Yoga can be possible treatment for depression



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June 6, 2007  
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Boston University release — Researchers at Boston University School of Medicine (BUSM) and McLean Hospital have found that practicing yoga may elevate brain gamma-aminobutyric (GABA) levels, the brain’s primary inhibitory neurotransmitter.

The findings, which appear in the May issue of the Journal of Alternative and Complementary Medicine, suggest that the practice of yoga be explored as a possible treatment for depression and anxiety, disorders associated with low GABA levels.

The World Health Organization reports that mental illness makes up to 15% of disease in the world. Depression and anxiety disorders both contribute to this burden and are associated with low GABA levels. Currently, these disorders have been successfully treated with pharmaceutical agents designed to increase GABA levels.

What are GABA levels? Gamma-Aminobutyric Acid (GABA) is a neurotransmitter that is inhibitory, that is, it decreases the ability of other neurotransmitters to work. GABA is involved in our level of excitability. Rather than encouraging communication between cells such as Dopamine, Serotonin or Norepinephrine – GABA reduces, discourages, and blocks communication. This neurotransmitter is important in brain areas involving emotion and anxiety.

When GABA is in the normal range in the brain, we are not overly aroused or anxious. At the same time, we have appropriate reactions to situations in our environment. GABA is the communication speed controller, making sure all brain communications are operating at the right speed and with the correct intensity. Too little GABA in the brain, the communication becomes out of control, overstimulated, and chemically unstable. Too much GABA and we are overly relaxed and sedated, often to the point that normal reactions are impaired.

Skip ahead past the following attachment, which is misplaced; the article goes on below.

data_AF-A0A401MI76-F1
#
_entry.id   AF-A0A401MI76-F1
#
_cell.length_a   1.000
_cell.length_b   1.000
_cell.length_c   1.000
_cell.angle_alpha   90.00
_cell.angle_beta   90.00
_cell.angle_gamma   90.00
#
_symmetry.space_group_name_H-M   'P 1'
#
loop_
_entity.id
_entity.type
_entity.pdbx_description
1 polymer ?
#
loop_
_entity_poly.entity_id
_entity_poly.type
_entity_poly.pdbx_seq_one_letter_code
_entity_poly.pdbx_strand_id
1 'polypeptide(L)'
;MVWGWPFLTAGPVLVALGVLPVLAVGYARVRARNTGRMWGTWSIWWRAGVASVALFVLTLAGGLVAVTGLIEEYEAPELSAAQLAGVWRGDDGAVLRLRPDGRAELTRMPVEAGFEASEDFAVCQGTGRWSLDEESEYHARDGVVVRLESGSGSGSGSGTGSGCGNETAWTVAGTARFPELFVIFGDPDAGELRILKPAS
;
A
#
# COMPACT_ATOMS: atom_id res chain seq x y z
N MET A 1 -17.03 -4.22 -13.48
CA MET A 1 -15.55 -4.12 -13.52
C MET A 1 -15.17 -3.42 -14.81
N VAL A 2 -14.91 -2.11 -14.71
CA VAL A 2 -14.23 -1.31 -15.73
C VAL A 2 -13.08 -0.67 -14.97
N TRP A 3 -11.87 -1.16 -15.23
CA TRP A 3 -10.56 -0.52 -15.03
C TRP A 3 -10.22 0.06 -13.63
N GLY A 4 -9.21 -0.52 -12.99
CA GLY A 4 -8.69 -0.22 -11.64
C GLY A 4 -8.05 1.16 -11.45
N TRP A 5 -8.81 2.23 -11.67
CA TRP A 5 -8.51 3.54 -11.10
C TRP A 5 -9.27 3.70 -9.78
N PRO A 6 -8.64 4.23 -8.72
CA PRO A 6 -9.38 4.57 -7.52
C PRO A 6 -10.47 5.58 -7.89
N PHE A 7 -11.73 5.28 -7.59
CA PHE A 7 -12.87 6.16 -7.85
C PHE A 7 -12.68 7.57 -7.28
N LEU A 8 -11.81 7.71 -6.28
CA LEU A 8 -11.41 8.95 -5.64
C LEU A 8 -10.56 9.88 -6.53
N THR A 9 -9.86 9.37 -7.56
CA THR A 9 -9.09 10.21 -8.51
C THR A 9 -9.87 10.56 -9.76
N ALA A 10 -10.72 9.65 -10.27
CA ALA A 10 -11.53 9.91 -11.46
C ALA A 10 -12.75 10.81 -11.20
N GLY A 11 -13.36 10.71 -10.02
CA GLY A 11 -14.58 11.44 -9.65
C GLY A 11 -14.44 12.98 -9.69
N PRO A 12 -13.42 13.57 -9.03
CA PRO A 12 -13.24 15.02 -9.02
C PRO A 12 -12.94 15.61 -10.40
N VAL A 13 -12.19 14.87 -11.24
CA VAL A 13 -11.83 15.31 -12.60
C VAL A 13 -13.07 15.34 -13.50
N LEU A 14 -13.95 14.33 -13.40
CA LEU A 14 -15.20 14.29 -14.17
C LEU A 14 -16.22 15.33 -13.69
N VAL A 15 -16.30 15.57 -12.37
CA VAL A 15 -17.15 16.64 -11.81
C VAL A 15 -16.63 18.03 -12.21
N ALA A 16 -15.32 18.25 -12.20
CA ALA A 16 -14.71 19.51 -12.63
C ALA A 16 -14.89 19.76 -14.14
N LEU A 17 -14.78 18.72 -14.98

Low levels of GABA are associated with Bipolar Disorder, Mania. With GABA levels below average, the brain is too stimulated. We begin talking rapidly, staying up for days at a time, and develop wild and grandiose ideas. In a Manic state, we are so “high” and out of control that social problems are quick to develop, often due to hypersexuality, excessive spending, reckless decisions, risk-taking behavior, and grandiose ideas. We may feel so good that we think we are a heavenly spirit, an intellectual genius, or possessing extraordinary powers. I personally had one patient who locked himself in his mobile home and spent one week rewriting the New Testament in “hillbilly”. Another, with limited education, began purchasing books on the Theory of Relativity by Albert Einstein, sensing he may be able to use the information to invent “warp drive”.

Low levels of GABA are also associated with problems of poor impulse control, including clinical conditions such as gambling, temper tantrums, and stealing. When GABA is low in the brain, impulsive behaviors are not inhibited (stopped) by logical or reasonable thinking.

In the present study, magnetic resonance spectroscopic imaging allowed the researchers to compare the GABA levels of 8 subjects prior to and after one hour of yoga, with 11 subjects who did no yoga but instead read for one hour.

The researchers found a 27% increase in GABA levels in the yoga practitioner group after their session, but no change in the comparison subject group after their reading session.

The acquisition of the GABA levels was done using a magnetic resonance spectroscopy technique developed by J. Eric Jensen, PhD, an assistant professor of psychiatry at Harvard Medical School and an associate physicist at McLean Hospital.

According to the researchers, yoga has shown promise in improving symptoms associated with depression, anxiety and epilepsy. “Our findings clearly demonstrate that in experienced yoga practitioners, brain GABA levels increase after a session of yoga,” said lead author Chris Streeter, MD, an assistant professor of psychiatry and neurology at BUSM and a research associate at McLean Hospital.

“This study contributes to the understanding of how the GABA system is affected by both pharmacologic and behavioral interventions and will help to guide the development of new treatments for low GABA states,” said co-author Domenic Ciraulo, MD, professor and chairman of the department of psychiatry at BUSM.

“The development of an inexpensive, widely available intervention such as yoga that has no side effects but is effective in alleviating the symptoms of disorders associated with low GABA levels has clear public health advantage,” added senior author Perry Renshaw, MD, PhD, director of the Brain Imaging Center at Harvard-affiliated McLean Hospital.

This study was supported in part by grants from the national Institute of Drug Abuse; the National Institute on Alcohol Abuse and Alcoholism; the National Center for Research Resources, and the Gennaro Acampora Charity Trust to the Division of Psychiatry, Boston Medical Center.